So I recently watched a video on Byronic Heroes. You'll note that Killmonger (Michael B. Jordan) from Black Panther (2018) is included--he's the only black male included on the list. Before I get into my gripe, let's first go over who/what the Byronic Hero is.
The Byronic Hero is a popular character in romantic and gothic literature, named after the famous British poet and author, Lord Byron (Don Juan), who was said to have embodied the very traits that defined these famous characters.
Often, the Byronic hero can be gothic, romantic, or both. Examples include: Mr. Rochester (Jane Eyre), Max de Winter (Rebecca), Heathcliff (Wuthering Heights), Edward Cullen (Twilight Saga), Christian Grey (50 Shades franchise), Kylo Ren (Star Wars), and the lead male character in the Meteor Garden/Boys Over Flowers television series.
The Byronic hero is marked by a number of traits:
*Handsome, intellectual and wealthy
*Dark, brooding/mysterious and reclusive
*Often wears black/ dresses sophisticatedly
*Hiding a terrible secret/ or tortured by something from his past
*Condescending/rude, or meanspirited (at first)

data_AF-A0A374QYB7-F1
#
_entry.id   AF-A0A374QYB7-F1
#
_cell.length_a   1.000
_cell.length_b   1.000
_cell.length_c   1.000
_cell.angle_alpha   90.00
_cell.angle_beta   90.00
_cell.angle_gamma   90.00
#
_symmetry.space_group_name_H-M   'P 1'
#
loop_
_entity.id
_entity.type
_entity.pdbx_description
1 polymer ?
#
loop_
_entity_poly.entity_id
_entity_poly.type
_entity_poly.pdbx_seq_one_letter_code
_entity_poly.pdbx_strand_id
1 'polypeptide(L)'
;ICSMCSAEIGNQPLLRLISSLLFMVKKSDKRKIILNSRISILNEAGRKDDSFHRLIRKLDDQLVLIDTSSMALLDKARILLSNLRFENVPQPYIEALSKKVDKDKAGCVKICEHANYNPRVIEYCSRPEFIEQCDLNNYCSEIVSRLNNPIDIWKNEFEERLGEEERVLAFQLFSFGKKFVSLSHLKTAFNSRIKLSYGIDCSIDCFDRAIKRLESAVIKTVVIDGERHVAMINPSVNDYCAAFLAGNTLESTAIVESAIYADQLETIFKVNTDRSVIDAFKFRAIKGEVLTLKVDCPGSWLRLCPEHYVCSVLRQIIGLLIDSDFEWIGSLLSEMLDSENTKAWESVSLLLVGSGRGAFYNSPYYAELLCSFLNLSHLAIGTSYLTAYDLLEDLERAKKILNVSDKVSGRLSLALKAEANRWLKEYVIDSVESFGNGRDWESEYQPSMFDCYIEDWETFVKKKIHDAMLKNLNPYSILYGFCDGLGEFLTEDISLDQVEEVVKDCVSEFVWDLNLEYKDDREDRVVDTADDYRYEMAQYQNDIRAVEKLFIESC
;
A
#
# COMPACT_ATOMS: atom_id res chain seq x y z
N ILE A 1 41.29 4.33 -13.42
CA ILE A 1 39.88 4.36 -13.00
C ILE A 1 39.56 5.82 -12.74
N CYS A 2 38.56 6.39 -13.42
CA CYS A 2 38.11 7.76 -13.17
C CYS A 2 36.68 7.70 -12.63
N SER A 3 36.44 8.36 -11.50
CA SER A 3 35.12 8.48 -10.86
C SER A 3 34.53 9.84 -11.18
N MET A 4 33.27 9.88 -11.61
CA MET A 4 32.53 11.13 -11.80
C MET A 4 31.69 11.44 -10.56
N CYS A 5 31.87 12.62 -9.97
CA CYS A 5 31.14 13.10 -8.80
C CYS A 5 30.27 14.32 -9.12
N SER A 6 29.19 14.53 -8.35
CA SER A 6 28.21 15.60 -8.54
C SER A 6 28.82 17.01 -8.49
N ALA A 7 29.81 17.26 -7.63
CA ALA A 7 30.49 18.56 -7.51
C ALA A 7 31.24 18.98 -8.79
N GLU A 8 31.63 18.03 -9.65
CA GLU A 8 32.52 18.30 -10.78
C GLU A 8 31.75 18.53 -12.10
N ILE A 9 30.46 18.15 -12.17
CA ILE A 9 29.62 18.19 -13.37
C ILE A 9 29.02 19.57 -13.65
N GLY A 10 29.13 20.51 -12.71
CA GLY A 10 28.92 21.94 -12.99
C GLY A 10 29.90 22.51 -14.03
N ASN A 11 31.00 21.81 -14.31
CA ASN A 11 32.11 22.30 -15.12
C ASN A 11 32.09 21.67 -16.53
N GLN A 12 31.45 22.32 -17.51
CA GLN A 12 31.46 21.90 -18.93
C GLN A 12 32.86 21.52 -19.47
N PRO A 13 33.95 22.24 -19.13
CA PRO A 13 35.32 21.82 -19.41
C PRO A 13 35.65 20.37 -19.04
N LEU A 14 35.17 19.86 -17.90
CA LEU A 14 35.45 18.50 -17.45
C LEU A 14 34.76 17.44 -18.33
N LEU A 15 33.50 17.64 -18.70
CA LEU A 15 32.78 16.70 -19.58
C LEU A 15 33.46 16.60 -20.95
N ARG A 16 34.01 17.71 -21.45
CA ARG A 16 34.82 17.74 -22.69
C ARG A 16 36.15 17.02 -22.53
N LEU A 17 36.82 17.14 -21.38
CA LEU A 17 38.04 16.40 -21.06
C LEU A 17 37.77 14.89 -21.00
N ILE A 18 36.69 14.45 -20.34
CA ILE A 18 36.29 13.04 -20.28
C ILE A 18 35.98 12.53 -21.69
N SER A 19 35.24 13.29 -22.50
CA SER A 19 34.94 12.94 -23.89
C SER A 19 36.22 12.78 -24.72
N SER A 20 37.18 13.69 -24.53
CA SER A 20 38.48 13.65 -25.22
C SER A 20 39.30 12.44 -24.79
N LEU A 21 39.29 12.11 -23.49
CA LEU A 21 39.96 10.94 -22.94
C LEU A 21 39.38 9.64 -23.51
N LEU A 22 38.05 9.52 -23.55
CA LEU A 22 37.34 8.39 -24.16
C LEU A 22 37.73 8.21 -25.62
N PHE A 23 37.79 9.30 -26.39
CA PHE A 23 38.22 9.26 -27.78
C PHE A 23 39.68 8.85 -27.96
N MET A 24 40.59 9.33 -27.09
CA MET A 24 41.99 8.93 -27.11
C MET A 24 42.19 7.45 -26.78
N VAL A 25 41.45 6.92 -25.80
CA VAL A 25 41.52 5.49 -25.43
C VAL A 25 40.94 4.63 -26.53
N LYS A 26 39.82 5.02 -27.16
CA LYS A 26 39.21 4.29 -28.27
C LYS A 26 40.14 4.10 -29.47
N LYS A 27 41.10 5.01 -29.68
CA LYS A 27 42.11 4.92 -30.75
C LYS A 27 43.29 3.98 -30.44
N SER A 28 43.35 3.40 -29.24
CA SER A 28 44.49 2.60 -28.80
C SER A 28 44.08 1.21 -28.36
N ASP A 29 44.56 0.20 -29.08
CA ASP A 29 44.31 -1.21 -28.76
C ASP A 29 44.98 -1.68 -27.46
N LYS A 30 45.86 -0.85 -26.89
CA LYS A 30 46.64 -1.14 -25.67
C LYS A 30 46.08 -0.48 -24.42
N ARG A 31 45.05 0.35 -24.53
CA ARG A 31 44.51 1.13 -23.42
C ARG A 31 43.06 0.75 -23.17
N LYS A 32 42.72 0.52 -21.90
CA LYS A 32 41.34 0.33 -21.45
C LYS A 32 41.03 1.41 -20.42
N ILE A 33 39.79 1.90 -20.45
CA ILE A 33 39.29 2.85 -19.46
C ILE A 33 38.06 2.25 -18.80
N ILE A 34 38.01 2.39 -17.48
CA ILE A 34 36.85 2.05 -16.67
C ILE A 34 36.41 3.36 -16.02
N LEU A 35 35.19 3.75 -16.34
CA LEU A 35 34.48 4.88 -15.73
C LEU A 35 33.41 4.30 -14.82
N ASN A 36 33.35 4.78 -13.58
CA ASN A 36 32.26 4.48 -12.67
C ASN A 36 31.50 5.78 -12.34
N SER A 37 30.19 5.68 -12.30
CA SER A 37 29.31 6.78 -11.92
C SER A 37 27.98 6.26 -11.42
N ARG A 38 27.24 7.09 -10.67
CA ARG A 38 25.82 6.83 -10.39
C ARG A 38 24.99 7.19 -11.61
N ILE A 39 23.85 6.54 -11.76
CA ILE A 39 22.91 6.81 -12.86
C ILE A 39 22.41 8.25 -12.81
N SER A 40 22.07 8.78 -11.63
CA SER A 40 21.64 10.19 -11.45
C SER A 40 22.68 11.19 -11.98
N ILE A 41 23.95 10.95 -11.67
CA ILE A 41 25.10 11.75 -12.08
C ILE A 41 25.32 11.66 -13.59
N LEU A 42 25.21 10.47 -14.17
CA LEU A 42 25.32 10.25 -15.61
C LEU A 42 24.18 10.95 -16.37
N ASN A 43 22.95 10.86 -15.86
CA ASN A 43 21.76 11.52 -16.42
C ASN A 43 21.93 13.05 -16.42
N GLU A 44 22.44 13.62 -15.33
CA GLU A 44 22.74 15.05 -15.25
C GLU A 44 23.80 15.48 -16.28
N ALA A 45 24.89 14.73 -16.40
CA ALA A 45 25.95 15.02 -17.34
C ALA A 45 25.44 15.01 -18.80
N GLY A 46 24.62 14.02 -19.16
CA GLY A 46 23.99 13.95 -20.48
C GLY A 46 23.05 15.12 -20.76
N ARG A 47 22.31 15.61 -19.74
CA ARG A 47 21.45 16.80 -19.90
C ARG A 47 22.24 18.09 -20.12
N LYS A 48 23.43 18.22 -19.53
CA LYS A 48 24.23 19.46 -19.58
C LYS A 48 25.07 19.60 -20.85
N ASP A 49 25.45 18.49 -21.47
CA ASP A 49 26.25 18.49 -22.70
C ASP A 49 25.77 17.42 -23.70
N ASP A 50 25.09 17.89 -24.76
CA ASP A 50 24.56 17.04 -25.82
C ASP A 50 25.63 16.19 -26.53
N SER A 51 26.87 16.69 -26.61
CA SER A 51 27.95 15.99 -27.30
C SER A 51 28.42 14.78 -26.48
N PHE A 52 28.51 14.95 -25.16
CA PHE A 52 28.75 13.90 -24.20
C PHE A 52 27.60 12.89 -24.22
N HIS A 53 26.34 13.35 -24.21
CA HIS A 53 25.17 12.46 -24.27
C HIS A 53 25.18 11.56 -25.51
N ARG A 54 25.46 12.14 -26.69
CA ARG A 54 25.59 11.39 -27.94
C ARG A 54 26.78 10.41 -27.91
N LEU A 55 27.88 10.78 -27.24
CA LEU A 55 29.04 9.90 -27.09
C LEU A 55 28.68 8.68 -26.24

*Redeemable through love
This character can be rather problematic (mentally ill wife locked in the closet, murdered wife, S&M, kidnapping, etc.).
That said, he is a popular literary character. But, back to Killmonger. He's not a Byronic hero. One, he's not in a romantic or gothic movie. Two, he's not wealthy*; three, he's not tortured or haboring dark secrets. He's a victim of the act that defines him, rather than the perpetrator of that act himself.
Killmonger's inclusion highlights the reason for this post. Where's the black, or African-descended Byronic hero? I mentioned Meteor Garden/Boys Over Flowers, showing the Asian version of this character. I have yet to see a black version.
The character of Devon Lecusken in the Winter Haven duology is a Byronic hero. Devon Lecusken isn't black, but a white man with darker features credited to his First Nations ancestry. Back then I called him a bad boy, a modern interpretation of this character (e.g. Dylan McKay in 90210).
Since the aforementioned video, I have been hunting for the Afro-descended Byronic hero. The closest I have found is Heathcliff, a character described in Wuthering Heights as a Gypsy, Lascar, and a Moor. The Bronte Society, and essays on the topic of Heathcliff's ethnicity, suggests he may be of partial African heritage, born to a biracial woman and Mr. Earnshaw (Catherine's father).
Heathcliff, often described as jealous of white-skinned people, went from a romantic hero (with Catherine I) to gothic villain (Catherine II), so this isn't exactly a great bonus for black men.
Then there's the title character of Alexandre Dumas' Georges (1843), said to be loosely based on the mixed race author himself, a master of revenge fantasies.